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My helpful home tips

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Re: My helpful home tips

Postby barney » Sat Oct 01, 2011 2:55 pm

Petro wrote:The octane rating just refers to the anti-knock performance of the engine. It becomes more important when you move to engines with higher compression ratios or things like superchargers or turbochargers as it prevents premature detonation in the cylinder.


Yeah, I know that. I just always use "87 octane" to refer to what most now call regular gas, because, to me, "regular" is leaded gasoline, no matter how many decades it's been. Sheesh, I'm old.
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Re: My helpful home tips

Postby Endo Rockstar » Fri Oct 14, 2011 9:18 am

I'm surprised I forgot this one -- I think original credit goes to Reddit.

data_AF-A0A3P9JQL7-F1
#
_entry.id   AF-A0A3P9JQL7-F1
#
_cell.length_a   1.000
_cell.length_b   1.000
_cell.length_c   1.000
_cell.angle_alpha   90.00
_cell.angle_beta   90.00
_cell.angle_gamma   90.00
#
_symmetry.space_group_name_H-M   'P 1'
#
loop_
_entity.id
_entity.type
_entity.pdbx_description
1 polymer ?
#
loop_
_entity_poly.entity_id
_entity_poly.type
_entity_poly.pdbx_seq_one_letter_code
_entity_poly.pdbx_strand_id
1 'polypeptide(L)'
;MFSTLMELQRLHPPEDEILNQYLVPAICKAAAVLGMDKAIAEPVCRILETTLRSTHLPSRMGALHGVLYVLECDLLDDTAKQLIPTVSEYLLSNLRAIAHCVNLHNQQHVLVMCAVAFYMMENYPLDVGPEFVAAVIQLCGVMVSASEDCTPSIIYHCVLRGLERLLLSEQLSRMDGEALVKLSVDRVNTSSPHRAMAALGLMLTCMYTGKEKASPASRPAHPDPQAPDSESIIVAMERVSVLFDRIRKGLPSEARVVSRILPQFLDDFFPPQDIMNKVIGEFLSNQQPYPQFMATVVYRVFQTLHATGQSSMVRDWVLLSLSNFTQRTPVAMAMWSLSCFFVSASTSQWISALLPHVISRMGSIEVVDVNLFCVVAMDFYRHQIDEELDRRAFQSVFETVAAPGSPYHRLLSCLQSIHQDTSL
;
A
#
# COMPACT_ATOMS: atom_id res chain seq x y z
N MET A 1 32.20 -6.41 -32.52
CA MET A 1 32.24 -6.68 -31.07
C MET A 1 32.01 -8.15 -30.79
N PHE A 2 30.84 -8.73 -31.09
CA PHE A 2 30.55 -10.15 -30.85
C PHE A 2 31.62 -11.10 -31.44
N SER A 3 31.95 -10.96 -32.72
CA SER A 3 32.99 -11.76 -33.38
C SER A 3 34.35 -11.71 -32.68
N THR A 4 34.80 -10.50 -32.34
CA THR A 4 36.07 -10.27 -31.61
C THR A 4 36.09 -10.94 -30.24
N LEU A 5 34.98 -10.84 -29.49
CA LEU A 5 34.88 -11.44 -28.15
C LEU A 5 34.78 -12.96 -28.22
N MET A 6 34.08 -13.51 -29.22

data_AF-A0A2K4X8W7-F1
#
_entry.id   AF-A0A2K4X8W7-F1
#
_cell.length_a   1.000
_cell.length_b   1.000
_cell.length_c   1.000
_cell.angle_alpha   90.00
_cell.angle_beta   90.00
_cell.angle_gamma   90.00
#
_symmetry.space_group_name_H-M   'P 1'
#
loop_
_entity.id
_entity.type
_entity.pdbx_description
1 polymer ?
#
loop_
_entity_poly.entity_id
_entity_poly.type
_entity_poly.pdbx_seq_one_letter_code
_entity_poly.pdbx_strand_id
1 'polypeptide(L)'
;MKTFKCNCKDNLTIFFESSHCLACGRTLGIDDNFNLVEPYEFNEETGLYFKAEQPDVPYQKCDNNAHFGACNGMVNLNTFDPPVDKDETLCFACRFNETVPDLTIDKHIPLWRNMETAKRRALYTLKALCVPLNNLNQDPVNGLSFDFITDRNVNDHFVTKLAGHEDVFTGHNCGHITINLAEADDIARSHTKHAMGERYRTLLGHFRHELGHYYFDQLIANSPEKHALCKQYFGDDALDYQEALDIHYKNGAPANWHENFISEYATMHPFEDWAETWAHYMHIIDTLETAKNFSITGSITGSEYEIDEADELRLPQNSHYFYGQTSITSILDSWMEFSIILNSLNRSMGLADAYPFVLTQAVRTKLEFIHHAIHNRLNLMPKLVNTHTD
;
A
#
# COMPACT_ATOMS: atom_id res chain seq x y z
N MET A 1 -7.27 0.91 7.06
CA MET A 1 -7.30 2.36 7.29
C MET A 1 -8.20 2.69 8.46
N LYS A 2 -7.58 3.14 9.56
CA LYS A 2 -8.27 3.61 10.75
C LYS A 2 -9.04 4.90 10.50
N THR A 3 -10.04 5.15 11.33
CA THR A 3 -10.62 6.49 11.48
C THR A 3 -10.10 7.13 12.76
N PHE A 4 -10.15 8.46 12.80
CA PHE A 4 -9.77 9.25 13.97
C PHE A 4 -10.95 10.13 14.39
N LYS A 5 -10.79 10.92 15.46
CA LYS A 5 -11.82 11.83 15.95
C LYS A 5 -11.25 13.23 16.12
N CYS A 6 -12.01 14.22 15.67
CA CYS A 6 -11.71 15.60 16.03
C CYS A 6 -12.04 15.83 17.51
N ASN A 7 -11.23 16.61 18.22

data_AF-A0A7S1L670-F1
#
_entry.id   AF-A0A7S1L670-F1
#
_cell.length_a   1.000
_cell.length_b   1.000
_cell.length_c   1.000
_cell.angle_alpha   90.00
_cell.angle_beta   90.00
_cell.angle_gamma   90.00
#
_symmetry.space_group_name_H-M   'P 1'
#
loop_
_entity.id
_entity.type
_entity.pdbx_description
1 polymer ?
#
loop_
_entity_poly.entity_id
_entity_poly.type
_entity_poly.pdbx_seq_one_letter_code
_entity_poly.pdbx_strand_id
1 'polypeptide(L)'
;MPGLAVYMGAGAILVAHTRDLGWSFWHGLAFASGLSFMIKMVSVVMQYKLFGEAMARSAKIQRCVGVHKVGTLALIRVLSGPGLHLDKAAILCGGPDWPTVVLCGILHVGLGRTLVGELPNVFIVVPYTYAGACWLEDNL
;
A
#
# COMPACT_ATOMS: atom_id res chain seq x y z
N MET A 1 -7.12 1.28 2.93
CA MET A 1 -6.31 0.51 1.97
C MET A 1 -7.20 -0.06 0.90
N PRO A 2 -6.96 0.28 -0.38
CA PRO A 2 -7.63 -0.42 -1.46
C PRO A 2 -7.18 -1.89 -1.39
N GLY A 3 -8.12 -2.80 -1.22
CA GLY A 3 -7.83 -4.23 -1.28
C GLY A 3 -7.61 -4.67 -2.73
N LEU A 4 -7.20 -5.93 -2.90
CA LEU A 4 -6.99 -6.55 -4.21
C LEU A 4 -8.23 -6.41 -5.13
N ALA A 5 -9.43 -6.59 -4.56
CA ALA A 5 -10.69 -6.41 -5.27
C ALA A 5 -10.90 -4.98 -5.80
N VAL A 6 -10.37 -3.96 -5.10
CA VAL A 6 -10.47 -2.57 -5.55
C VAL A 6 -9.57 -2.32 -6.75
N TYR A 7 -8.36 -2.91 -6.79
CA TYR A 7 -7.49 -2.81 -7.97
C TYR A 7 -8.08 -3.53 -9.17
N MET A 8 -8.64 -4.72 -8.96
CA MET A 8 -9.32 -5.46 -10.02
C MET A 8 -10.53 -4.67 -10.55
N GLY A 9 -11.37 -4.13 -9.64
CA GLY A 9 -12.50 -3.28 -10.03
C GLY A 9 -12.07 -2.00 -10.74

If you already own one of those foaming soap dispensers you're golden. Go to the dollar store, most weeks they have a large generic version of dial hand-soap refills and buy a couple of them (they're not always in stock in the large size so you're better off loading up when they're there).

When your foaming soap dispenser runs out in the bathroom or kitchen fill it half-full with water and then fill the other half with the soap refill. The soap still foams-up, cleans and disinfects just as well as a new one and you won't have to buy handsoap for the better part of the year for the low price of 2 dollars.

-Dan Motor
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Re: My helpful home tips

Postby city2countrygal » Sun Nov 13, 2011 8:33 pm

Here's my attempt to revive this awesome thread :)

This weekend I was doing laundry and thought I'd share this
stain removal list from the Queen of Cleaning, Martha Stewart:

http://images.marthastewart.com/images/content/web/pdfs/pdf3/stain_removal_basics.pdf

Some of the cleaning items you probably already own, others you can pick up at Woodmans or a hardware store.

I'm really clumsy and constantly spill on myself. I keep this list by my washing machine for quick reference.
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Re: My helpful home tips

Postby ilikebeans » Sun Nov 13, 2011 9:38 pm

I forgot I knew this one until I had to use it tonight: